It’s rare Amnesty activists get a moment to stop and take a breath. But with the start of a new year comes the opportunity to take stock of the progress we’ve made and the successes we helped accomplish in 2013. There’s still much to be done, but we hope the list below will help inspire all of us in the year to come:
1. In 52 years, Amnesty International activists have helped free tens of thousands of Prisoners of Conscience around the world. In 2013, we continued that trend. Human rights activists freed this year included Yorm Bopha in Cambodia, Kartam Joga in India, Filipino poet Ericson Acosta, Yemeni journalist Abdul Ilah Haydar Shayi’ and Iranian human rights attorney Nasrin Sotoudeh.
2. Six weeks before the 2014 Winter Olympic Games, Russian President Vladimir Putin released a number of high-profile prisoners, including members of Pussy Riot, the Greenpeace Artic 30 and Mikhail Khodorkovski.
3. This past year, Amnesty’s Crisis Prevention and Response team used satellite imagery to shed light on the scale of human rights abuses and trends in conduct of conflict in crisis hot spots. From North Korea to Eritrea, Sudan to Syria, these images served not only as important insight into some of the biggest human rights stories of the year, they may someday serve as evidence in bringing human rights abusers to justice.
4. On April 2, the United Nations General Assembly adopted the landmark Arms Trade Treaty after over 2 decades of campaigning by Amnesty International. Originally dismissed as “ludicrous,” the treaty will help foster peace and security by preventing the flow of arms into countries where they will be used to commit atrocities.
5. On May 2, Maryland became the 18th U.S. state to abolish the death penalty when Governor Martin O’Malley signed a bill repealing capital punishment in the state.
6. On Oct. 22, Amnesty International published the report ‘Will I Be Next?’: U.S. Drone Strikes in Pakistan, reporting on drone strikes by the U.S. in Pakistan’s tribal areas between 2012 and 2013 that Amnesty is concerned may have resulted in unlawful killings that may constitute extrajudicial executions or war crimes. The report received international attention (White House and State Department press secretaries were grilled about the report the next day) and Nabeela, a young girl who witnessed her grandmother being killed by a drone strike, was flown to the U.S. to testify before Congress.
7. Beatriz, a 22-year old Salvadoran woman denied medical treatment by her government, was finally allowed to undergo the emergency procedure that saved her life.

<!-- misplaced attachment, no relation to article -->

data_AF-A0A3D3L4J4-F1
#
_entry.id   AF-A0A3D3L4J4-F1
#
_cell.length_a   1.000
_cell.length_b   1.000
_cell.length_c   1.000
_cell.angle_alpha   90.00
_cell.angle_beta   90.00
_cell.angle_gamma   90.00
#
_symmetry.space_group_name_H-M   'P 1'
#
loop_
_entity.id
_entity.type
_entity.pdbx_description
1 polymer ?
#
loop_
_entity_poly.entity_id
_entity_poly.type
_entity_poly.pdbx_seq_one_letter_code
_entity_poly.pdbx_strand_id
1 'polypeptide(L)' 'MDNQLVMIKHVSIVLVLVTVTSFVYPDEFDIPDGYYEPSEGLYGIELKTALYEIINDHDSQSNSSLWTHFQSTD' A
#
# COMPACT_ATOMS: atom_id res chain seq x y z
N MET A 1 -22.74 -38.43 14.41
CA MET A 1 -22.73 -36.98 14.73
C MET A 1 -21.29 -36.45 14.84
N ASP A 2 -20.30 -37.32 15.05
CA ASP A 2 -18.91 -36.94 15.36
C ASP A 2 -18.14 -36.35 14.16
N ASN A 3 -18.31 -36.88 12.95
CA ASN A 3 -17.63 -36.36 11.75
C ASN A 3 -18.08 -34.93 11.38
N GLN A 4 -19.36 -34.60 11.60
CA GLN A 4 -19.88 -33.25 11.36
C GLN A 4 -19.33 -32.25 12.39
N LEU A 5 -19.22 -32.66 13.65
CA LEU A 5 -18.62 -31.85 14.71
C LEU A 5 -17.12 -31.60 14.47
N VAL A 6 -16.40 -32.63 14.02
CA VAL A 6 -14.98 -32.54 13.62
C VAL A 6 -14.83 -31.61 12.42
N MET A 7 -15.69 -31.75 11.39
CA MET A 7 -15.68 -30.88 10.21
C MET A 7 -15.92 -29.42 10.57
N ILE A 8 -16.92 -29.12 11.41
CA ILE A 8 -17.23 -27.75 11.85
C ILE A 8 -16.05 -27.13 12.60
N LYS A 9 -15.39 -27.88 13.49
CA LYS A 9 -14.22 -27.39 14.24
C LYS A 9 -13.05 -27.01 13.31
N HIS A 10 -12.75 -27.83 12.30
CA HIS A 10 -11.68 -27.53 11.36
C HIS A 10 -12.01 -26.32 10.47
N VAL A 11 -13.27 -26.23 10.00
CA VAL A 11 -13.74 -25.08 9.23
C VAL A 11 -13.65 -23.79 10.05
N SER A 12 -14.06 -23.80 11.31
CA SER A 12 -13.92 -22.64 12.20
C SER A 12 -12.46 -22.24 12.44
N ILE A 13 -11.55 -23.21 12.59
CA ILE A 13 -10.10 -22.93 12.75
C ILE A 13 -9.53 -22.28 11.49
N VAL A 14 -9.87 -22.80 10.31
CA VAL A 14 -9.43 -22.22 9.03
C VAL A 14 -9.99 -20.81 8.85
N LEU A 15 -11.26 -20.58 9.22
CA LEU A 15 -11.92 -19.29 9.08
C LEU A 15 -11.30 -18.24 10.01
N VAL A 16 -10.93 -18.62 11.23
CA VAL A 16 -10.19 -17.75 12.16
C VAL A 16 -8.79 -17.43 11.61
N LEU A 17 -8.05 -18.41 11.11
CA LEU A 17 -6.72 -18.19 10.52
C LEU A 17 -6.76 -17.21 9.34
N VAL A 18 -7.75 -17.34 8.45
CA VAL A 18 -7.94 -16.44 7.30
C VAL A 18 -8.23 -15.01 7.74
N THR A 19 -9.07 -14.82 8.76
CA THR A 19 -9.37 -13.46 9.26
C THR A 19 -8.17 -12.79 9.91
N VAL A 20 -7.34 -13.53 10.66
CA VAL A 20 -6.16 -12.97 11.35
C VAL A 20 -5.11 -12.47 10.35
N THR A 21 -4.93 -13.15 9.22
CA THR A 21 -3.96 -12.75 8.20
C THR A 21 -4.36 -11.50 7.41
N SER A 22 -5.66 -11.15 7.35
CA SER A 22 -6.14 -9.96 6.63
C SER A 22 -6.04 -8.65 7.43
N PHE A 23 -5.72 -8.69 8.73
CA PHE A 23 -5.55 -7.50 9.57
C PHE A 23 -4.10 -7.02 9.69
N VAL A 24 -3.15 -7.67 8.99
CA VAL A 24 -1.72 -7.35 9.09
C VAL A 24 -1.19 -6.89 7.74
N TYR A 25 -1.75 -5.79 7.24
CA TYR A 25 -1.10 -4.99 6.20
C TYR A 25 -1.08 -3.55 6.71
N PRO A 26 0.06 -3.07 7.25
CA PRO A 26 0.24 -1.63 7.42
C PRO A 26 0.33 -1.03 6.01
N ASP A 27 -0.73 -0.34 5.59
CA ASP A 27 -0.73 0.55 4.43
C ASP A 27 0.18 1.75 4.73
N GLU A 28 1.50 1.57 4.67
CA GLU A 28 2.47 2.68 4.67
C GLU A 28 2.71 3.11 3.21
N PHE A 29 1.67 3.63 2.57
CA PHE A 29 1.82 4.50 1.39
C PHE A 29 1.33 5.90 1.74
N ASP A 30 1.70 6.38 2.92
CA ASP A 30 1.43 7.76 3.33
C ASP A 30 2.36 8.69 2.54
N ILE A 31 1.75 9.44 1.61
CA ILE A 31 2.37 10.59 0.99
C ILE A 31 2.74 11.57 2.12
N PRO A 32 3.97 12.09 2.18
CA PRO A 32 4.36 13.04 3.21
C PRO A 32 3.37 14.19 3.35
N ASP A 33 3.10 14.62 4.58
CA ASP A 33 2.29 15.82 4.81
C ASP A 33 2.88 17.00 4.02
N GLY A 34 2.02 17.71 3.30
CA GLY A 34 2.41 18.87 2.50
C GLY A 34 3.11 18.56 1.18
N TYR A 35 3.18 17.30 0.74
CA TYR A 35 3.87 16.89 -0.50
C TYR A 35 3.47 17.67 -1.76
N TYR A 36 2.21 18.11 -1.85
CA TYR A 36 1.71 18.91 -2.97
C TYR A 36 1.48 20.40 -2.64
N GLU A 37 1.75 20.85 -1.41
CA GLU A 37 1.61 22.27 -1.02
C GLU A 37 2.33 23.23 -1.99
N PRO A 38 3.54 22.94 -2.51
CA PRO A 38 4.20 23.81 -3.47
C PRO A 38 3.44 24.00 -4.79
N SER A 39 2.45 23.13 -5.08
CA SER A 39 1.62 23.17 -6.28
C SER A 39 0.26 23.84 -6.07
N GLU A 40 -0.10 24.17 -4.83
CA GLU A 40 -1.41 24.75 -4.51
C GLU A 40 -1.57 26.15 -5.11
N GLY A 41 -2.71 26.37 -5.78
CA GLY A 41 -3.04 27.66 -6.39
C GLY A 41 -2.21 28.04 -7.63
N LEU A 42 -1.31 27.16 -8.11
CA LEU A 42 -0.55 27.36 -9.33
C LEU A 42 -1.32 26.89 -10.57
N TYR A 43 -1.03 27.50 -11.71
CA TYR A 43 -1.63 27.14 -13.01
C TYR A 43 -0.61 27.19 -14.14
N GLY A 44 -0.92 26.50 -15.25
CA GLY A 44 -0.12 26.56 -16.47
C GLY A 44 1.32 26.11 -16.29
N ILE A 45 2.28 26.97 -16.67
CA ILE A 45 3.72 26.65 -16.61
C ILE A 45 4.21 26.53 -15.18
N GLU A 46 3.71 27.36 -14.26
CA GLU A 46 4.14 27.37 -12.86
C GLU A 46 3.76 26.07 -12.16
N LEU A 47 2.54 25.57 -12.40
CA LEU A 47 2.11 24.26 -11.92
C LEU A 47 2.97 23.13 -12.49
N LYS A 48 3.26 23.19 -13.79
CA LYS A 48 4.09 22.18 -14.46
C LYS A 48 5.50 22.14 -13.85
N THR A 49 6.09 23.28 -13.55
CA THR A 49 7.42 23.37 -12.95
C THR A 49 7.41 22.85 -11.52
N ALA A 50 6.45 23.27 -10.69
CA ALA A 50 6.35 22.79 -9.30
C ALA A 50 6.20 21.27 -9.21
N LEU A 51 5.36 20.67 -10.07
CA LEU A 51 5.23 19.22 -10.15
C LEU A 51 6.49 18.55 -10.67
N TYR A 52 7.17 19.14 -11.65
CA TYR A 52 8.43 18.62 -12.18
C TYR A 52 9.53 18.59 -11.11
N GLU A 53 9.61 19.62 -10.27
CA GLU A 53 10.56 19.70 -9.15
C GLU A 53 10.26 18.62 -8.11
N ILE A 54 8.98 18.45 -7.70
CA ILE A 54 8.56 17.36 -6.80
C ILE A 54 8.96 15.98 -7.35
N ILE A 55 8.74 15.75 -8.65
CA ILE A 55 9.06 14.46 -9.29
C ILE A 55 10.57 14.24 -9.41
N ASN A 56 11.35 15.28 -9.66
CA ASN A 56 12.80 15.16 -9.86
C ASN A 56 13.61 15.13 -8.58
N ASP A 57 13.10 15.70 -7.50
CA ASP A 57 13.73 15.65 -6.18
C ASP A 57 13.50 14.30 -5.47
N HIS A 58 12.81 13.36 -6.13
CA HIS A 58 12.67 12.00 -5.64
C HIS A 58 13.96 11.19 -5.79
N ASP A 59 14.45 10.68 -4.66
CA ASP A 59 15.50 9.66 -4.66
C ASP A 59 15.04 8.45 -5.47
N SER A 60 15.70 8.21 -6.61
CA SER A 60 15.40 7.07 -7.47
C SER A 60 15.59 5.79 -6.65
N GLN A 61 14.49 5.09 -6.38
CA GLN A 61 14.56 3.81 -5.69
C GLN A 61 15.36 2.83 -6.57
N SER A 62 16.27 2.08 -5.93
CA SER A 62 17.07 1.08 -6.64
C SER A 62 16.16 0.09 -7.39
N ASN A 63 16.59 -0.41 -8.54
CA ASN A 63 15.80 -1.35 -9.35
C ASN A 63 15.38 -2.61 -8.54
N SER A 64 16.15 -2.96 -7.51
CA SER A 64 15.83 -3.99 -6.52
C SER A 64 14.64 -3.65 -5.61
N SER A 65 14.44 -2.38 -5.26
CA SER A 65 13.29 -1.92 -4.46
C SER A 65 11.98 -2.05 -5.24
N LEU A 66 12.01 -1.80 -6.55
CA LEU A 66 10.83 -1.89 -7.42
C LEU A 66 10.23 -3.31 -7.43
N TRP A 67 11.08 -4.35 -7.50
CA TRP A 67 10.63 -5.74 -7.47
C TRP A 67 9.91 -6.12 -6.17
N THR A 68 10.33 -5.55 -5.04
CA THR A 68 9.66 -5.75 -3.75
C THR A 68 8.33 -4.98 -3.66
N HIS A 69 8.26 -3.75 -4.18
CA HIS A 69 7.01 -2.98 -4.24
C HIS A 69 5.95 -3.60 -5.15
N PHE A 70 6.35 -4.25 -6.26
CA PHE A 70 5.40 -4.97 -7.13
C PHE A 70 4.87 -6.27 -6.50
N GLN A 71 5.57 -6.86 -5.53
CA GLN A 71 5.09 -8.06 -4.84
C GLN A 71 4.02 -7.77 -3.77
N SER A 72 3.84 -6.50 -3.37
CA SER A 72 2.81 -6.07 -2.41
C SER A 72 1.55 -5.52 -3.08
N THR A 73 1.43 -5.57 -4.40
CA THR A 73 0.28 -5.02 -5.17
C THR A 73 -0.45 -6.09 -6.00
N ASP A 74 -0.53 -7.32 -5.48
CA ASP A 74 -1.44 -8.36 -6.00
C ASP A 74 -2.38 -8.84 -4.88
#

8. After over 41 years in solitary confinement in Louisiana, Herman Wallace was freed when a U.S. district judge overturned his conviction and ordered his immediate release from prison. The victory was bittersweet, however: Herman died of terminal cancer two days after his release.
9. One hundred fifty-five prisoners remain at the Guantanamo Bay, despite the fact that 76 have been cleared for transfer. But 2013 saw some progress in regards to the detention facility: President Obama appointed staff to lead the effort to close the detention facility, Congress rolled back some restrictions on transferring detainees to other countries, and 11 detainees were transferred, including the last of the Uighurs cleared for transfer.
10. In February 2013, Congress finally reauthorized the Violence Against Women Act (VAWA), with new provisions to extend protections to Indigenous women, the LGBT community and immigrant women.
11. In November, the International Violence Against Women Act was also reintroduced in Congress after a successful hearing in the Tom Lantos Human Rights Commission where Amnesty presented testimony (link to hearing). The legislation would permanently integrate gender-based violence prevention and response into all U.S. government programming overseas.
12. In early April, Abdullah al-Qahtani was at risk of execution in Iraq. But then, an amazing thing happened. We emailed a petition out to Amnesty members and within 24 hours, received over 30,000 signatures. Abdullah is still alive and we believe pressure from activists likely helped spare his life.
13. Thanks to pressure from Amnesty International activists and other groups, both the FY2013 and FY2014 National Defense Authorization Acts (NDAA) include provisions that require the Department of Defense to support the security of Afghan women and girls during and after the security transition process.
14. On July 24, a federal district court upheld the U.S. Securities and Exchange Commission’s “Conflict Minerals Rule,” requiring certain companies reporting to the SEC to publicly disclose whether their products rely on minerals from the Democratic Republic of the Congo. Industry groups have appealed the ruling, and Amnesty is urging the district court to uphold the rule.
15. As crises escalated in the Central African Republic, Syria and Turkey, Amnesty International had researchers on the ground to document and report on human rights abuses as they were happening.